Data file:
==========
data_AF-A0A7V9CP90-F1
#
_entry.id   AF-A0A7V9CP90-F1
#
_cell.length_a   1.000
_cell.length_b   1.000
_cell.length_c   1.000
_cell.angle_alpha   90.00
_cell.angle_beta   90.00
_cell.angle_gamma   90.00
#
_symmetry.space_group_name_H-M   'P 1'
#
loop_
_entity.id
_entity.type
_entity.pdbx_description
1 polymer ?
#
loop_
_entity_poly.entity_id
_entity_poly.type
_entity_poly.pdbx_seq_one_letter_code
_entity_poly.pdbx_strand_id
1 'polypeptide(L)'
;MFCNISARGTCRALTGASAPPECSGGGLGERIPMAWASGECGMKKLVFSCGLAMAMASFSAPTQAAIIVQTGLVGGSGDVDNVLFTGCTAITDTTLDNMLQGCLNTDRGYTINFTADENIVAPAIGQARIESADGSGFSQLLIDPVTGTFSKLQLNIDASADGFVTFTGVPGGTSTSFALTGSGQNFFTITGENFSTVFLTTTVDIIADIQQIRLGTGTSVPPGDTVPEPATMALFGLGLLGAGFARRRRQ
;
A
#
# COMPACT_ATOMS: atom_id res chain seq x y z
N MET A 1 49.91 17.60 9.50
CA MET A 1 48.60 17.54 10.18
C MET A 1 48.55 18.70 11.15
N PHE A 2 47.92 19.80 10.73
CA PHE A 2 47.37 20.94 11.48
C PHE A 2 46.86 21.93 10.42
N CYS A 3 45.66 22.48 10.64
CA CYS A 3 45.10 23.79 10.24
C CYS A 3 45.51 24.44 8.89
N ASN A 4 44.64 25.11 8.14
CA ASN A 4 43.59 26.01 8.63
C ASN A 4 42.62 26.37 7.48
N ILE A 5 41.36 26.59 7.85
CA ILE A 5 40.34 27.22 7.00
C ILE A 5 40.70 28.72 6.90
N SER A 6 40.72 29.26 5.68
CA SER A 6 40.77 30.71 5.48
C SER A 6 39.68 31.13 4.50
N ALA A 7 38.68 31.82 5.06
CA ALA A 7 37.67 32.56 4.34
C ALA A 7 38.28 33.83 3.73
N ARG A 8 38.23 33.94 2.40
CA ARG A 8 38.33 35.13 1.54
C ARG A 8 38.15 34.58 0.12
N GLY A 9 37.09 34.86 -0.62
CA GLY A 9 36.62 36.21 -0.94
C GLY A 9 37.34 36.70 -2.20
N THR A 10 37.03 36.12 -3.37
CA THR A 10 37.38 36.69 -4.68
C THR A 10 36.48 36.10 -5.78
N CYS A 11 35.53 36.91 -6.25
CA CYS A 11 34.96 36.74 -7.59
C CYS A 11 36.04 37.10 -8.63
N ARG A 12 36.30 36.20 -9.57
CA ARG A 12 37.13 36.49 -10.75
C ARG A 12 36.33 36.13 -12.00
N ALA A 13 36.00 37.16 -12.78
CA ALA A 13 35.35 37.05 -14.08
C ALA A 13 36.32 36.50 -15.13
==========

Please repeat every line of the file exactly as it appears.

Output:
data_AF-A0A7V9CP90-F1
#
_entry.id   AF-A0A7V9CP90-F1
#
_cell.length_a   1.000
_cell.length_b   1.000
_cell.length_c   1.000
_cell.angle_alpha   90.00
_cell.angle_beta   90.00
_cell.angle_gamma   90.00
#
_symmetry.space_group_name_H-M   'P 1'
#
loop_
_entity.id
_entity.type
_entity.pdbx_description
1 polymer ?
#
loop_
_entity_poly.entity_id
_entity_poly.type
_entity_poly.pdbx_seq_one_letter_code
_entity_poly.pdbx_strand_id
1 'polypeptide(L)'
;MFCNISARGTCRALTGASAPPECSGGGLGERIPMAWASGECGMKKLVFSCGLAMAMASFSAPTQAAIIVQTGLVGGSGDVDNVLFTGCTAITDTTLDNMLQGCLNTDRGYTINFTADENIVAPAIGQARIESADGSGFSQLLIDPVTGTFSKLQLNIDASADGFVTFTGVPGGTSTSFALTGSGQNFFTITGENFSTVFLTTTVDIIADIQQIRLGTGTSVPPGDTVPEPATMALFGLGLLGAGFARRRRQ
;
A
#
# COMPACT_ATOMS: atom_id res chain seq x y z
N MET A 1 49.91 17.60 9.50
CA MET A 1 48.60 17.54 10.18
C MET A 1 48.55 18.70 11.15
N PHE A 2 47.92 19.80 10.73
CA PHE A 2 47.37 20.94 11.48
C PHE A 2 46.86 21.93 10.42
N CYS A 3 45.66 22.48 10.64
CA CYS A 3 45.10 23.79 10.24
C CYS A 3 45.51 24.44 8.89
N ASN A 4 44.64 25.11 8.14
CA ASN A 4 43.59 26.01 8.63
C ASN A 4 42.62 26.37 7.48
N ILE A 5 41.36 26.59 7.85
CA ILE A 5 40.34 27.22 7.00
C ILE A 5 40.70 28.72 6.90
N SER A 6 40.72 29.26 5.68
CA SER A 6 40.77 30.71 5.48
C SER A 6 39.68 31.13 4.50
N ALA A 7 38.68 31.82 5.06
CA ALA A 7 37.67 32.56 4.34
C ALA A 7 38.28 33.83 3.73
N ARG A 8 38.23 33.94 2.40
CA ARG A 8 38.33 35.13 1.54
C ARG A 8 38.15 34.58 0.12
N GLY A 9 37.09 34.86 -0.62
CA GLY A 9 36.62 36.21 -0.94
C GLY A 9 37.34 36.70 -2.20
N THR A 10 37.03 36.12 -3.37
CA THR A 10 37.38 36.69 -4.68
C THR A 10 36.48 36.10 -5.78
N CYS A 11 35.53 36.91 -6.25
CA CYS A 11 34.96 36.74 -7.59
C CYS A 11 36.04 37.10 -8.63
N ARG A 12 36.30 36.20 -9.57
CA ARG A 12 37.13 36.49 -10.75
C ARG A 12 36.33 36.13 -12.00
N ALA A 13 36.00 37.16 -12.78
CA ALA A 13 35.35 37.05 -14.08
C ALA A 13 36.32 36.50 -15.13